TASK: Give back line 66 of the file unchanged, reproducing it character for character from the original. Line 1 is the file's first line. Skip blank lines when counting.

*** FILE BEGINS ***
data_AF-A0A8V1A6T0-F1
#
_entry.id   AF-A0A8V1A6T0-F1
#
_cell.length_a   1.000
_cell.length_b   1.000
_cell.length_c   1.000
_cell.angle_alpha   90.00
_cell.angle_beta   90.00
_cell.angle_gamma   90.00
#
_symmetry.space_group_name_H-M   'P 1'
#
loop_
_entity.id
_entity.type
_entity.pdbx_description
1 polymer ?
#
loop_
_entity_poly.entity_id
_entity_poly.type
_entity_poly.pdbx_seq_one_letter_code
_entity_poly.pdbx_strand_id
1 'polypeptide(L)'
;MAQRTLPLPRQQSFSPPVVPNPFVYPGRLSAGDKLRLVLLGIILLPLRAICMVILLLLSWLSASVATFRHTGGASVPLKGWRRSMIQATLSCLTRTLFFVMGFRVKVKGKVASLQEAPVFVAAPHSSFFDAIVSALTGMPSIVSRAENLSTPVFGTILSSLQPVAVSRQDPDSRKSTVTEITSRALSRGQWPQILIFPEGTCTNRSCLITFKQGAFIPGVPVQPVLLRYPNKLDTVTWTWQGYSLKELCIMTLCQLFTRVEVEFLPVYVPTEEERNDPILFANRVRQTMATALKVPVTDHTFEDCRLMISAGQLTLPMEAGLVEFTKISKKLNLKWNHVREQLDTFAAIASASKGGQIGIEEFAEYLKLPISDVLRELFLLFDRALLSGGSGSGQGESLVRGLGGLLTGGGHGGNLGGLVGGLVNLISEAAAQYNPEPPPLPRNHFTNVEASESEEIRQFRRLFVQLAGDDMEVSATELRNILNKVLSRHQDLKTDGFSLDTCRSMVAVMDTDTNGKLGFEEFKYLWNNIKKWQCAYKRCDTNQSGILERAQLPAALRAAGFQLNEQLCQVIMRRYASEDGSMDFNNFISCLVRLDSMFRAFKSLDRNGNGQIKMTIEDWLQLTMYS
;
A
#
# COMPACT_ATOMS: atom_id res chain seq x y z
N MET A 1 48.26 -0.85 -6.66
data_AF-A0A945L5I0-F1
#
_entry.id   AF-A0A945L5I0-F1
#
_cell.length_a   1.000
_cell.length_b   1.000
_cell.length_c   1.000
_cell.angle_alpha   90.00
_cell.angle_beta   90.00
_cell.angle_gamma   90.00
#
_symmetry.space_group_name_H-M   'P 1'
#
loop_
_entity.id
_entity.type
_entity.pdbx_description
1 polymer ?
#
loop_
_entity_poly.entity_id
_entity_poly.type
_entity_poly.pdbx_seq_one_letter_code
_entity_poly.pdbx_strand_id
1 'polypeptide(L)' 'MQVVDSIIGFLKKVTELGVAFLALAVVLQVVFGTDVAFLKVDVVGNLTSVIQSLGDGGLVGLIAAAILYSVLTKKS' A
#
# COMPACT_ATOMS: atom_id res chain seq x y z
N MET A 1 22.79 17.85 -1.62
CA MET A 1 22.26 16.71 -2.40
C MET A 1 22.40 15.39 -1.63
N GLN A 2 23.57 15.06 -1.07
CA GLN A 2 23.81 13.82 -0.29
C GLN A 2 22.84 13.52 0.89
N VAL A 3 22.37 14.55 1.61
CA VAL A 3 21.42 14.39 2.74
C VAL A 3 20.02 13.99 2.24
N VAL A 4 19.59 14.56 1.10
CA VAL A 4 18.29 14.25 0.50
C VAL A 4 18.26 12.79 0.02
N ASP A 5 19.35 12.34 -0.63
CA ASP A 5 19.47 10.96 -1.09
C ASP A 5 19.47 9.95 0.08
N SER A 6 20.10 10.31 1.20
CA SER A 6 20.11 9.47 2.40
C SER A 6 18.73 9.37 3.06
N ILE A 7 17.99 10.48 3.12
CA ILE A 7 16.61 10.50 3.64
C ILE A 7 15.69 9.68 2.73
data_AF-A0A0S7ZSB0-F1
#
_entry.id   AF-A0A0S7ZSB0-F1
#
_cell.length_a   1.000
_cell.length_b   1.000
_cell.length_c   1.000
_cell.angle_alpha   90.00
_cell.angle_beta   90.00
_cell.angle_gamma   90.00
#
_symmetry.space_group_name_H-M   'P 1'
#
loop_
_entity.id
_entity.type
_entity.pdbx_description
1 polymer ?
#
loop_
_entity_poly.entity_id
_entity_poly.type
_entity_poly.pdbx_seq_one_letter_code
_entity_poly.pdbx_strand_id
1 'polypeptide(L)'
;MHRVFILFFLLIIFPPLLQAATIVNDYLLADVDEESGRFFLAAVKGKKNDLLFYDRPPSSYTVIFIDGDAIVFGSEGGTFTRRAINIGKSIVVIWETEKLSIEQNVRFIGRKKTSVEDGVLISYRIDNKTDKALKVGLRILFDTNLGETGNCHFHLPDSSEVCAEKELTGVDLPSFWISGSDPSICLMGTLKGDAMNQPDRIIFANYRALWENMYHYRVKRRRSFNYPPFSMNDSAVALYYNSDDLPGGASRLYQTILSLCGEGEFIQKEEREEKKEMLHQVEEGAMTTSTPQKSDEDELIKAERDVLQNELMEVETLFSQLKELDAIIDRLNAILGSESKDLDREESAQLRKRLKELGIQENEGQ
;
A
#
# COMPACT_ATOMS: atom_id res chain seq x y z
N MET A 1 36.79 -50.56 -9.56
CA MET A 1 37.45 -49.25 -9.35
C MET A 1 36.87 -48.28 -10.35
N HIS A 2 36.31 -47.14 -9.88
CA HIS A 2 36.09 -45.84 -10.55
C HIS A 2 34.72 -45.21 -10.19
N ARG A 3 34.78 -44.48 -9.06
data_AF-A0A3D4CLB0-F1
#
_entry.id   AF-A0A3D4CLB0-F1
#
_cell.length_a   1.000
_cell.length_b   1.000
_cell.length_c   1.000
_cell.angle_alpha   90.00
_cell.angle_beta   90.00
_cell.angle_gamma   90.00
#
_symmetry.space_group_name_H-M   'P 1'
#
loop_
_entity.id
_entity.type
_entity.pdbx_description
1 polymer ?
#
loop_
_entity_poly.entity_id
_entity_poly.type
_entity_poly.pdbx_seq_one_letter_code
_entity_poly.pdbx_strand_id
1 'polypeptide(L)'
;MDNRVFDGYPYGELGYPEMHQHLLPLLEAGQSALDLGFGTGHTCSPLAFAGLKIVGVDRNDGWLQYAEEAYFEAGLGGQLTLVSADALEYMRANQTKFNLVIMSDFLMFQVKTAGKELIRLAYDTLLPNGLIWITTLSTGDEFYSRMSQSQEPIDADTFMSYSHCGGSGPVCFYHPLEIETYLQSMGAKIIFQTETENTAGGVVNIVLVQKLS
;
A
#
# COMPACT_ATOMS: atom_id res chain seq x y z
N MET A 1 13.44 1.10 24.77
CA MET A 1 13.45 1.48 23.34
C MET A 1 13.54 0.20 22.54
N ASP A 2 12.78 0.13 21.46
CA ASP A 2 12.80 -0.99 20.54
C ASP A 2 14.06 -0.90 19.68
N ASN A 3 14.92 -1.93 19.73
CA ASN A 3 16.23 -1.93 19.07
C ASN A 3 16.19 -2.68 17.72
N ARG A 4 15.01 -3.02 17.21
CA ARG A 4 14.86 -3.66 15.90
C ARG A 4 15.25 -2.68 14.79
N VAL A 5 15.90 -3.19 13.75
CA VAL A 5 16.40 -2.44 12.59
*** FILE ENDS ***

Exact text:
CA VAL A 3 21.42 14.39 2.74